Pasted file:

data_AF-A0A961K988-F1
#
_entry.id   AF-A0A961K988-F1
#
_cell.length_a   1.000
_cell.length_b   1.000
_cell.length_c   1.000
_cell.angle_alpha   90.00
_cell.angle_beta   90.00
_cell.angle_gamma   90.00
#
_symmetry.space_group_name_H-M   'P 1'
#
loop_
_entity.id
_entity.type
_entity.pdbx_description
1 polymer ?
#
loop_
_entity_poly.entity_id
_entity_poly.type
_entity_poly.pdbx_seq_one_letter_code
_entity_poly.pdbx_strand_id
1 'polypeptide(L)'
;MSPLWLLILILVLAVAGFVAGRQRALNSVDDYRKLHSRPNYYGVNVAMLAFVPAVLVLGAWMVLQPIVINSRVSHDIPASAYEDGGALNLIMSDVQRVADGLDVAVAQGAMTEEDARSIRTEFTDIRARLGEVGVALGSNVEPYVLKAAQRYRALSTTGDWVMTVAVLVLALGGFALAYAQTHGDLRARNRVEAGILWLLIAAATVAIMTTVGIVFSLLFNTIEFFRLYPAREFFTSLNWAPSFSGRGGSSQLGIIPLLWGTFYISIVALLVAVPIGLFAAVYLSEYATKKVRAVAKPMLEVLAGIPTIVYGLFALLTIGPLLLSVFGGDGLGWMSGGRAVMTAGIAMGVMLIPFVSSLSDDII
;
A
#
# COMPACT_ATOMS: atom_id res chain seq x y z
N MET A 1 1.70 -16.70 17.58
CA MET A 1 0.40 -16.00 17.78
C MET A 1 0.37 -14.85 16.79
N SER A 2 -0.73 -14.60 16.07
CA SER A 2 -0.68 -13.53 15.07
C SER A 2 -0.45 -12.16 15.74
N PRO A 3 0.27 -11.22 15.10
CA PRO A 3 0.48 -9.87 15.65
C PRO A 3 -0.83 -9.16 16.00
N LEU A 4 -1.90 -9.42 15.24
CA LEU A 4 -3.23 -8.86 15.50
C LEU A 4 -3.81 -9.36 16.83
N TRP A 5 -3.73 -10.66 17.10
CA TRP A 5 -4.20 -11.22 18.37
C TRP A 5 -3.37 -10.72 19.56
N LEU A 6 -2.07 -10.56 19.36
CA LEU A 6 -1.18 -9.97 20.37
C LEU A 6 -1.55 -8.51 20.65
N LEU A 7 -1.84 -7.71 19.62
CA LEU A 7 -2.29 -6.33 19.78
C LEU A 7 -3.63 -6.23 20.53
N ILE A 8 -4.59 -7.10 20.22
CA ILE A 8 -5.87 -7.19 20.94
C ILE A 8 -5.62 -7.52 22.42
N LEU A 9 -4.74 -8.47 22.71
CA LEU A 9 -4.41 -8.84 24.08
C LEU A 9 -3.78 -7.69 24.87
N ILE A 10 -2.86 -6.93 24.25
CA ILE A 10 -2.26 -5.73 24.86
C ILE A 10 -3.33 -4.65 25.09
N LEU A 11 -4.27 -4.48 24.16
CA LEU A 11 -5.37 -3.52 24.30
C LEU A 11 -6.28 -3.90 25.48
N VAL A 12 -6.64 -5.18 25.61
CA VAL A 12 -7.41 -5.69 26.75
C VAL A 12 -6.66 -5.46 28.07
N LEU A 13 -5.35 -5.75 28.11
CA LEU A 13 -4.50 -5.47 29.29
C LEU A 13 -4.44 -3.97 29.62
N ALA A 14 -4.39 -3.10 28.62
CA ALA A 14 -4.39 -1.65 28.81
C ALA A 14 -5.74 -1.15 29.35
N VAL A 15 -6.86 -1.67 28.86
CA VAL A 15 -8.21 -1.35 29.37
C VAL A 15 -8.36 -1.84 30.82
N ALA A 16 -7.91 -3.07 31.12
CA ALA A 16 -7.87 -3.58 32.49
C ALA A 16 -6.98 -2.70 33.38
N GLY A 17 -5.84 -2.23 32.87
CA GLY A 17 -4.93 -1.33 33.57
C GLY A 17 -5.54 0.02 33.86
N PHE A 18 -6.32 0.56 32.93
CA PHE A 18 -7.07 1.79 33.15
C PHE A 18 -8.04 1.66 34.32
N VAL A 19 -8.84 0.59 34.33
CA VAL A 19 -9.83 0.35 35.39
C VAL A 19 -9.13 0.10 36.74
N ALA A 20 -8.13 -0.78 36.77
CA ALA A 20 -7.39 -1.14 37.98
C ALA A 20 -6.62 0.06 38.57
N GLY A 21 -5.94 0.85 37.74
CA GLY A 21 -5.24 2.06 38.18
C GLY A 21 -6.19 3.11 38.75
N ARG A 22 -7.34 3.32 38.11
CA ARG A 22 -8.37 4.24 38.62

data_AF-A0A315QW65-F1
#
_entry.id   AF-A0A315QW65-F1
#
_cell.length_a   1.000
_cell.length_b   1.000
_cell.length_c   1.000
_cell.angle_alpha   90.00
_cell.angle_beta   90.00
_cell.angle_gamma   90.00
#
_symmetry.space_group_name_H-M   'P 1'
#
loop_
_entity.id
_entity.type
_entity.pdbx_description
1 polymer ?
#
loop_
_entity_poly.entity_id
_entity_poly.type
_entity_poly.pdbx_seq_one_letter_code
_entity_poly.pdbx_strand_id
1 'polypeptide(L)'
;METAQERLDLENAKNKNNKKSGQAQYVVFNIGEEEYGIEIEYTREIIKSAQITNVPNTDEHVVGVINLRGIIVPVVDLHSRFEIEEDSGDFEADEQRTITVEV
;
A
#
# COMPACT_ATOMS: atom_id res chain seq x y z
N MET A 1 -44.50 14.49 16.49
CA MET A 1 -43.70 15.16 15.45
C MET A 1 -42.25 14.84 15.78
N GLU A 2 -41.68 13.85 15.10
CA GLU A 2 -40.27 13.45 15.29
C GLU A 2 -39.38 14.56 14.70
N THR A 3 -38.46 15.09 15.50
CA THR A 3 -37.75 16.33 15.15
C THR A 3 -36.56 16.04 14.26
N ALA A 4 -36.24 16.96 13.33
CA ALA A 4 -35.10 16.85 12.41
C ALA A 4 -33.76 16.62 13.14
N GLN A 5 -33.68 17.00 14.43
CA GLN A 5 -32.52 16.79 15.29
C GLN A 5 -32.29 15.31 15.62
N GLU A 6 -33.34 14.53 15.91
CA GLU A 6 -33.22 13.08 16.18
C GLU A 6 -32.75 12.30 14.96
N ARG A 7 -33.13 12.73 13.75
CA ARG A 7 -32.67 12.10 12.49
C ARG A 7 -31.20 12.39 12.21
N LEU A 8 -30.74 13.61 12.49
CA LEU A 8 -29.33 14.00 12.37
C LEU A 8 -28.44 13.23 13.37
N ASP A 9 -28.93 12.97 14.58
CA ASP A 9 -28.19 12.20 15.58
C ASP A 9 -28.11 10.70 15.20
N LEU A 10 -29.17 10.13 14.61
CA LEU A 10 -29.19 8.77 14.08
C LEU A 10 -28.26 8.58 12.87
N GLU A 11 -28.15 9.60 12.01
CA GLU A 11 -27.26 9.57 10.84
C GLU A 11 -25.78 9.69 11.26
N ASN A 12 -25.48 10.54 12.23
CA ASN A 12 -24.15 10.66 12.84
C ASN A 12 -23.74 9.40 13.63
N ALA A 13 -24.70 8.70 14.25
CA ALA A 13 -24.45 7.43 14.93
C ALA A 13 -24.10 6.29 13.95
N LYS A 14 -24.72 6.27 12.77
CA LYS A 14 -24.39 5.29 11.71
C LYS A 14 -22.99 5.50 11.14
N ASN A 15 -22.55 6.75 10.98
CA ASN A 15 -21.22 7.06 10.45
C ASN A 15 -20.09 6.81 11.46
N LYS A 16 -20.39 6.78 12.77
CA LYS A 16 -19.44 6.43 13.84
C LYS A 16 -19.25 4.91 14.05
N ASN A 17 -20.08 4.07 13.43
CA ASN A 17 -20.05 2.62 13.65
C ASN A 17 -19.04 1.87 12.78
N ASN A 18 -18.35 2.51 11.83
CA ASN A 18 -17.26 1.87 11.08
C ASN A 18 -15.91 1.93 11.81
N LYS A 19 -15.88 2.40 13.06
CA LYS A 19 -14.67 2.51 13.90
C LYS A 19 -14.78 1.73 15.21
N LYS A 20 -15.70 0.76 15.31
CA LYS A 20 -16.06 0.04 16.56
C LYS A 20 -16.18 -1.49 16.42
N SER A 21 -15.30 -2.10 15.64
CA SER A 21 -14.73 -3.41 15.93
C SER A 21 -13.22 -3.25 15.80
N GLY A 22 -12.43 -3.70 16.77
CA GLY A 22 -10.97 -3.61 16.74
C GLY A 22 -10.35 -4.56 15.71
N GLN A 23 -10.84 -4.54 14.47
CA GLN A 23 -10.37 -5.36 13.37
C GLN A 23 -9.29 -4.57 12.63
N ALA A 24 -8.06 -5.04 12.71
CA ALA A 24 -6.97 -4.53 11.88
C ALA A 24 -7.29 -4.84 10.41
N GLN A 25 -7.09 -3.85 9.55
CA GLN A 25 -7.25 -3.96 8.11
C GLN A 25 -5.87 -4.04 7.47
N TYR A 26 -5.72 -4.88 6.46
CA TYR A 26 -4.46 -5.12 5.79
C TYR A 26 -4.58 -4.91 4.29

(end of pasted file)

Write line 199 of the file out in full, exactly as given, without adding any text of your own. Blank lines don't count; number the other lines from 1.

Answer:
CA GLN A 25 -7.25 -3.96 8.11